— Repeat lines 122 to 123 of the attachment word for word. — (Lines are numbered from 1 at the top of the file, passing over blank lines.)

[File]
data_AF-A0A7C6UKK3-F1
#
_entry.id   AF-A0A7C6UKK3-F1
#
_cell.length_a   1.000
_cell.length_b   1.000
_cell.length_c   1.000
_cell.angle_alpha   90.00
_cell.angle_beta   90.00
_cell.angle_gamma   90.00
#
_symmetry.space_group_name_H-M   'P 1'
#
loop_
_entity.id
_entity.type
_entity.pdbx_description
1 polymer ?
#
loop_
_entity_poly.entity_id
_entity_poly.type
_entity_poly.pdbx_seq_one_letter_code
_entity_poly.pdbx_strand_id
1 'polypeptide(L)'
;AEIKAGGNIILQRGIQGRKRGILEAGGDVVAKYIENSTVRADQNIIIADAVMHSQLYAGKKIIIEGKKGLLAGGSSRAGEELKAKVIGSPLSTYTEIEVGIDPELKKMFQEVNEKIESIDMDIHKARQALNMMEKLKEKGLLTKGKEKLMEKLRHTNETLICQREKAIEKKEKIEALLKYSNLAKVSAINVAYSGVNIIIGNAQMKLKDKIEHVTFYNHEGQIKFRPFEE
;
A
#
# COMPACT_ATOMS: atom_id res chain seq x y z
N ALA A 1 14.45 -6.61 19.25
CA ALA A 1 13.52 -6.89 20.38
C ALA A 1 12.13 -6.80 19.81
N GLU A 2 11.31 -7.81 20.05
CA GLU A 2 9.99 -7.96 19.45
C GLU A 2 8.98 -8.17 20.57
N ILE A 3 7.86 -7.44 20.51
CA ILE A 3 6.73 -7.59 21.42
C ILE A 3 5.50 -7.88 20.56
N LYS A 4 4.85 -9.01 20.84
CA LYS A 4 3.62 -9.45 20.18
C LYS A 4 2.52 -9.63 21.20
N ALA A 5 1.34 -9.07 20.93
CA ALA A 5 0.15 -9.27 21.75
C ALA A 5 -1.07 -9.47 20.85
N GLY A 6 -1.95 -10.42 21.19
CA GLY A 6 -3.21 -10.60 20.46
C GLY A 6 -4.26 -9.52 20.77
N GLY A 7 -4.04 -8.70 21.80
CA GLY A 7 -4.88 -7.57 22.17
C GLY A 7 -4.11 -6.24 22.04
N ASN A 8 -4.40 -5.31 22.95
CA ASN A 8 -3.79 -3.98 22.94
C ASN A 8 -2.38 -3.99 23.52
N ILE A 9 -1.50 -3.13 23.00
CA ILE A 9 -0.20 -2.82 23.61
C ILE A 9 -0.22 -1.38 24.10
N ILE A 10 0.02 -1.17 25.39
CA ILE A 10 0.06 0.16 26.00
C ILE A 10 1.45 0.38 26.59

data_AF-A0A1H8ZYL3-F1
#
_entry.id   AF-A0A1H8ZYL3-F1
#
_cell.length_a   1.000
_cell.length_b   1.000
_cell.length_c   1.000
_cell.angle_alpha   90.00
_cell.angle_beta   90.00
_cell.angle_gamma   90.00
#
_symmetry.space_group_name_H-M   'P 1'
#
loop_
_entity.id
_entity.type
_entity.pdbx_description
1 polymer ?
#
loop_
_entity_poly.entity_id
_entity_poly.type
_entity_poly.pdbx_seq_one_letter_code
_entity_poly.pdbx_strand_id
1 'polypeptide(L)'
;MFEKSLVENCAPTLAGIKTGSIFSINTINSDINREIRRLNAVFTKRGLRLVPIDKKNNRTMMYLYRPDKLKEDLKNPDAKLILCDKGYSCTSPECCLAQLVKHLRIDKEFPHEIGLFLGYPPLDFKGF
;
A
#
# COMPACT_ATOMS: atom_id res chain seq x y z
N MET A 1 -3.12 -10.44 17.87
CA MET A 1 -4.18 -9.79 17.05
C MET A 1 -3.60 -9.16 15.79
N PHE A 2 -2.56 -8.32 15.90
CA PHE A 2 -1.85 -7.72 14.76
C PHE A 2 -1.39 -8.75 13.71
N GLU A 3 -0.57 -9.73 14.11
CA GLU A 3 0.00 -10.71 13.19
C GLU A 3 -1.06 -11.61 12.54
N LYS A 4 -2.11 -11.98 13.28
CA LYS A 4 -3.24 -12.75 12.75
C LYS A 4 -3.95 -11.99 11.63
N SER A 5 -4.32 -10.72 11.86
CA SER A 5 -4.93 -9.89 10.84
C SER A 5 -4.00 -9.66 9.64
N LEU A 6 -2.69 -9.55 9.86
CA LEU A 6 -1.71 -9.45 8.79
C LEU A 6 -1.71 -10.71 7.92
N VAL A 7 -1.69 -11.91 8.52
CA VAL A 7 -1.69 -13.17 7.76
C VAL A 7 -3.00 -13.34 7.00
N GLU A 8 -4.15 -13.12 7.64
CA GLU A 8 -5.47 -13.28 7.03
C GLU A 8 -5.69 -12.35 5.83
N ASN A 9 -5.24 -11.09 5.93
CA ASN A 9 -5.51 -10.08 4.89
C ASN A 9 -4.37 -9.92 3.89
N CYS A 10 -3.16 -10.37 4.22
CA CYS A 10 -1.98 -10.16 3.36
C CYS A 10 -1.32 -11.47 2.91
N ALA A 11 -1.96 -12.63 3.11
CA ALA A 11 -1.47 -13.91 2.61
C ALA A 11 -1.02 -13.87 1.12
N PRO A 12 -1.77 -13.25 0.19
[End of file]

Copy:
CA ALA A 11 -1.47 -13.91 2.61
C ALA A 11 -1.02 -13.87 1.12